The Plaintiffs in Groesch v. City of Springfield are white police officers who brought claims of reverse race discrimination against the City of Springfield, Illinois. Each plaintiff resigned from the Springfield police department and was later re-hired. When they were re-hired, pursuant to city policy, they were forced to return at entry level salary and seniority levels without credit for their prior service. However, an African-American police officer resigned from the Springfield police department and the city passed an ordinance granting him the ability to be return to the police force at the salary and seniority level he achieved when he left the force.
The federal district court dismissed the white officers’ claims as time-barred and the officers appealed to the 7th Circuit. While the appeal was pending, Congress enacted the Lilly Ledbetter Fair Pay Act in 2009. The Ledbetter Act states that the plaintiffs had a new and separate cause of action for each paycheck they received in which their pay was reduced based on discrimination. This brought their claims within the appropriate time limitations and the case was remanded back to the district court for further proceedings. To read the 7th Circuit’s full opinion, click here: http://www.ca7.uscourts.gov/tmp/6M0UOXBX.pdf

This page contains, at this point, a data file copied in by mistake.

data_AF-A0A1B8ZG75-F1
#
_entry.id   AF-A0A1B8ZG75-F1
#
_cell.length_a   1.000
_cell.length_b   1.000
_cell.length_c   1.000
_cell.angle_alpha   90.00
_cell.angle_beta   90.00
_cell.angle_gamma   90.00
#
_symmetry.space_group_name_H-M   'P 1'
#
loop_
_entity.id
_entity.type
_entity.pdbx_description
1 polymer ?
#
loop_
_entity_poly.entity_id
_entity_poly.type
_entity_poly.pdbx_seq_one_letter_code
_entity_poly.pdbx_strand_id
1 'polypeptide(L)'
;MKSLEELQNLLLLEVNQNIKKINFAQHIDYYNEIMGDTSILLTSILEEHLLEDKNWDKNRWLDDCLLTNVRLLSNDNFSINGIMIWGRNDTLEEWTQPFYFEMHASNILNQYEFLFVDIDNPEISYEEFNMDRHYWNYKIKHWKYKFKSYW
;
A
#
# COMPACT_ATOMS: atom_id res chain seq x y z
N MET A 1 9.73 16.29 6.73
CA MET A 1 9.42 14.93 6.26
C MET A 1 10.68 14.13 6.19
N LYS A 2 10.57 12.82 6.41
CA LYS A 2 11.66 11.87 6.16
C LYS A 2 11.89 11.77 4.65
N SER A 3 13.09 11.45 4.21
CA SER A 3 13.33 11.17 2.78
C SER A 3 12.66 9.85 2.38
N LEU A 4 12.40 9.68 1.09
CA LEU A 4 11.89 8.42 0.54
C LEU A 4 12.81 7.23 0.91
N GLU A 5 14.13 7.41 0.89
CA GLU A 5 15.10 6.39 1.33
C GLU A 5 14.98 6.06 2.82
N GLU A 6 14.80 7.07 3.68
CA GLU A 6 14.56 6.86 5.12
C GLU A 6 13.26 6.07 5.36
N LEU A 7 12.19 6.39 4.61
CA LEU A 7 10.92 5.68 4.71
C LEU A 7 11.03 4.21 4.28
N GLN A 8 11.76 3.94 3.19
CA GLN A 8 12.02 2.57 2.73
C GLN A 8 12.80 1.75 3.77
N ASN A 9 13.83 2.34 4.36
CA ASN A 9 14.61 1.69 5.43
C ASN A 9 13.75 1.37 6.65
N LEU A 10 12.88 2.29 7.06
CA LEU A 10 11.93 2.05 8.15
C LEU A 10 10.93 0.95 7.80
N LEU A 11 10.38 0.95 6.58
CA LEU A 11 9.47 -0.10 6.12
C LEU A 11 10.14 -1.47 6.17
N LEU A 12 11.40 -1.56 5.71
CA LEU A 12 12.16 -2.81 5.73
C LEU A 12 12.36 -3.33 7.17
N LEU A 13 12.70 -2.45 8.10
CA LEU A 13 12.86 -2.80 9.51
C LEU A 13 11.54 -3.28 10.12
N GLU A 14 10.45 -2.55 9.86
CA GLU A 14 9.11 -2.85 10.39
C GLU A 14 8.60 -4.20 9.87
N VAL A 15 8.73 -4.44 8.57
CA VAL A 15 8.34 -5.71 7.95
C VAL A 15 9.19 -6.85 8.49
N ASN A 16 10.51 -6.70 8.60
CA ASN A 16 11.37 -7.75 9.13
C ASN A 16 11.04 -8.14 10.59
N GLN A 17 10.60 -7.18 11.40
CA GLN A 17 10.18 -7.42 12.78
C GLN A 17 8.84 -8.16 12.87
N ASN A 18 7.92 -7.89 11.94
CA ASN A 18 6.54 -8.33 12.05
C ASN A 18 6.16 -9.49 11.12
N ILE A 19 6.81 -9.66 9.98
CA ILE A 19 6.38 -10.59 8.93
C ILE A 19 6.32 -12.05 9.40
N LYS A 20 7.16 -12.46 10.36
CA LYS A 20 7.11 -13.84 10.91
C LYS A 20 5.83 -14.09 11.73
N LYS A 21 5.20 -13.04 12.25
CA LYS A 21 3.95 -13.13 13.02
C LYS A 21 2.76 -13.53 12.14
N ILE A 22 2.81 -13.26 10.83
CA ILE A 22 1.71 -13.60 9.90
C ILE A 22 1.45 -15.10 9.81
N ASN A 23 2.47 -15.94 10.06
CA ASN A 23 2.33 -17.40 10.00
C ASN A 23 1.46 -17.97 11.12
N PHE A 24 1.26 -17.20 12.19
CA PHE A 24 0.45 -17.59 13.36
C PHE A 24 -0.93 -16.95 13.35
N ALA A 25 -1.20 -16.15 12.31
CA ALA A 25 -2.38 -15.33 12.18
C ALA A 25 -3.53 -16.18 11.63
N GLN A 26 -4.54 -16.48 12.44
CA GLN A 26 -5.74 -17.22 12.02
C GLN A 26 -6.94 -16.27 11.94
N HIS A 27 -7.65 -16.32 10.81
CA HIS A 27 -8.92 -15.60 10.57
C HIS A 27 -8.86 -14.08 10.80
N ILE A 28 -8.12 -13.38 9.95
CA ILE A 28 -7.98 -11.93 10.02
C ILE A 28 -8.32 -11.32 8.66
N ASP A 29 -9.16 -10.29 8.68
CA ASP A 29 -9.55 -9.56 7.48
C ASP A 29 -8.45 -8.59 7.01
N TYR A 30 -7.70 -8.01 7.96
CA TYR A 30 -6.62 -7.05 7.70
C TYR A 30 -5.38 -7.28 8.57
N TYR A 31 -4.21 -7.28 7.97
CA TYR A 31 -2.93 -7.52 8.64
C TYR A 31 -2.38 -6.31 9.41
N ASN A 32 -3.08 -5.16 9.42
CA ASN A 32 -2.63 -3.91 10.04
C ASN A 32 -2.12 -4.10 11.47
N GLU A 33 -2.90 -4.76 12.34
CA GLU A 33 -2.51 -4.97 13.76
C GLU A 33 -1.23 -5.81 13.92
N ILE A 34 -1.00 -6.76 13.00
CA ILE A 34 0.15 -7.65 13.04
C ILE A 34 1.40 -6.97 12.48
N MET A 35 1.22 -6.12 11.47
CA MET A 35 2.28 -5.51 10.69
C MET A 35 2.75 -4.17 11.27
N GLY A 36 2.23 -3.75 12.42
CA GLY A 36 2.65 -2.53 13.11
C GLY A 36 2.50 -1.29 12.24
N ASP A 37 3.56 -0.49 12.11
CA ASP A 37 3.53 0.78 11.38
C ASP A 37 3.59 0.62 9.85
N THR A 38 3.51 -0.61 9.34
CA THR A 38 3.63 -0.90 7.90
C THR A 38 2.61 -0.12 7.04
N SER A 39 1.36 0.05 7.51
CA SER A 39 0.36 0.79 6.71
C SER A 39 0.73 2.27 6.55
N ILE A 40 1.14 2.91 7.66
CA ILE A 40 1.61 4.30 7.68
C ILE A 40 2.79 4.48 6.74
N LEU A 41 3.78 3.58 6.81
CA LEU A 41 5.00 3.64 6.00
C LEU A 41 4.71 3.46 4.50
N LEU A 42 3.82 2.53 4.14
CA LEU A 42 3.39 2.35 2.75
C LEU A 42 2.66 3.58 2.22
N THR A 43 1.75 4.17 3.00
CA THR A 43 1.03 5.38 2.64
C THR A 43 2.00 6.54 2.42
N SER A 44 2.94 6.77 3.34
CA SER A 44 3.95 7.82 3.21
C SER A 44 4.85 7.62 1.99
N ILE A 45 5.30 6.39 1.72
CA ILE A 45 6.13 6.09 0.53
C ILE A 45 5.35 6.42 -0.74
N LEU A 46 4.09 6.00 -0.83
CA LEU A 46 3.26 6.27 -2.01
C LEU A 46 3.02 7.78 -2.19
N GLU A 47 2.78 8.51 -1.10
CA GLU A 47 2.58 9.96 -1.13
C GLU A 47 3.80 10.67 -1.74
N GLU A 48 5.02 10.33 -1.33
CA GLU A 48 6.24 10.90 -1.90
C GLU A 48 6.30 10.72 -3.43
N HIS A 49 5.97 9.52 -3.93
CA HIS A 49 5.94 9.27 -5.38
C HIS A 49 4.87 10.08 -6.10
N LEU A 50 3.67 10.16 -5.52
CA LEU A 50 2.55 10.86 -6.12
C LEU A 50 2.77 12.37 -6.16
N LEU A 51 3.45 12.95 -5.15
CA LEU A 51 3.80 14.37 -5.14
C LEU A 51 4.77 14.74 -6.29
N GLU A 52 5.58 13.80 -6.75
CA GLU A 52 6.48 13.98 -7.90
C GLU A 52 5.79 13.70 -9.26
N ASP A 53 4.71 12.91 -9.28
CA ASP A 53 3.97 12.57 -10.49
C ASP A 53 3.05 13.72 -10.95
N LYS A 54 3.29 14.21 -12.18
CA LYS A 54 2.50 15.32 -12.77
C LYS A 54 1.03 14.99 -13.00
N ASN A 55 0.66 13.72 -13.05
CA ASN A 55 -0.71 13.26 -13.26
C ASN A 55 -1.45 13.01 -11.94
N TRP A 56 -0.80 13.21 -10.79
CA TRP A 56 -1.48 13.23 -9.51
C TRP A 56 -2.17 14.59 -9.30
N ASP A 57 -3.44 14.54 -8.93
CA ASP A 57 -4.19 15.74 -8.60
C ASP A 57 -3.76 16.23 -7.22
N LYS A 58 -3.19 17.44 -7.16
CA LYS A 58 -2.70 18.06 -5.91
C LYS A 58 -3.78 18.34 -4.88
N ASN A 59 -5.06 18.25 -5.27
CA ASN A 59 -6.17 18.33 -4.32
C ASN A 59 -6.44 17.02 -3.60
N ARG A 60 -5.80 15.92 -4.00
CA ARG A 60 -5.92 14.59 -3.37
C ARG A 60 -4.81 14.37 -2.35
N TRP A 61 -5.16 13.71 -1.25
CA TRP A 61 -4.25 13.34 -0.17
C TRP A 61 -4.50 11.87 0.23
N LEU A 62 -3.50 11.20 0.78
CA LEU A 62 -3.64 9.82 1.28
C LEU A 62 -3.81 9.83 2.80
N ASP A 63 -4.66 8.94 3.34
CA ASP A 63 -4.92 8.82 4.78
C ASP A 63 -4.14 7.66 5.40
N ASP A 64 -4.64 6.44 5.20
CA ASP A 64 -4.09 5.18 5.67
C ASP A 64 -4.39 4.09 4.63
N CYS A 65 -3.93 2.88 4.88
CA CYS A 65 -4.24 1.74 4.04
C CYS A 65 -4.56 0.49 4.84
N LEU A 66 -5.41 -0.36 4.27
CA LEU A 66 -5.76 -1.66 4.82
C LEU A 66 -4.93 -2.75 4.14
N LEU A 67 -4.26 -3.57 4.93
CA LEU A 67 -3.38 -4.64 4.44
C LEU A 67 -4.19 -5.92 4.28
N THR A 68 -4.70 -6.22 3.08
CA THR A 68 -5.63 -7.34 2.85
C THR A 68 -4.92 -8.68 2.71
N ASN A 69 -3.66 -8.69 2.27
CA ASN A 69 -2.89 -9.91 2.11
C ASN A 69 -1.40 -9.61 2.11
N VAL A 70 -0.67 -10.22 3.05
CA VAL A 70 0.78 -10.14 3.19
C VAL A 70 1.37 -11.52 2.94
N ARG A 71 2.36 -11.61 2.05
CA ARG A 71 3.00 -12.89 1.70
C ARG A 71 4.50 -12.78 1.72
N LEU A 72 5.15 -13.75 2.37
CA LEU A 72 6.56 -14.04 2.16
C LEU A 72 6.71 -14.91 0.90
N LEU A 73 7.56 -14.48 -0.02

The DeBlasio Law Group is experienced in employment discrimination litigation and can answer your questions about discrimination in the workplace.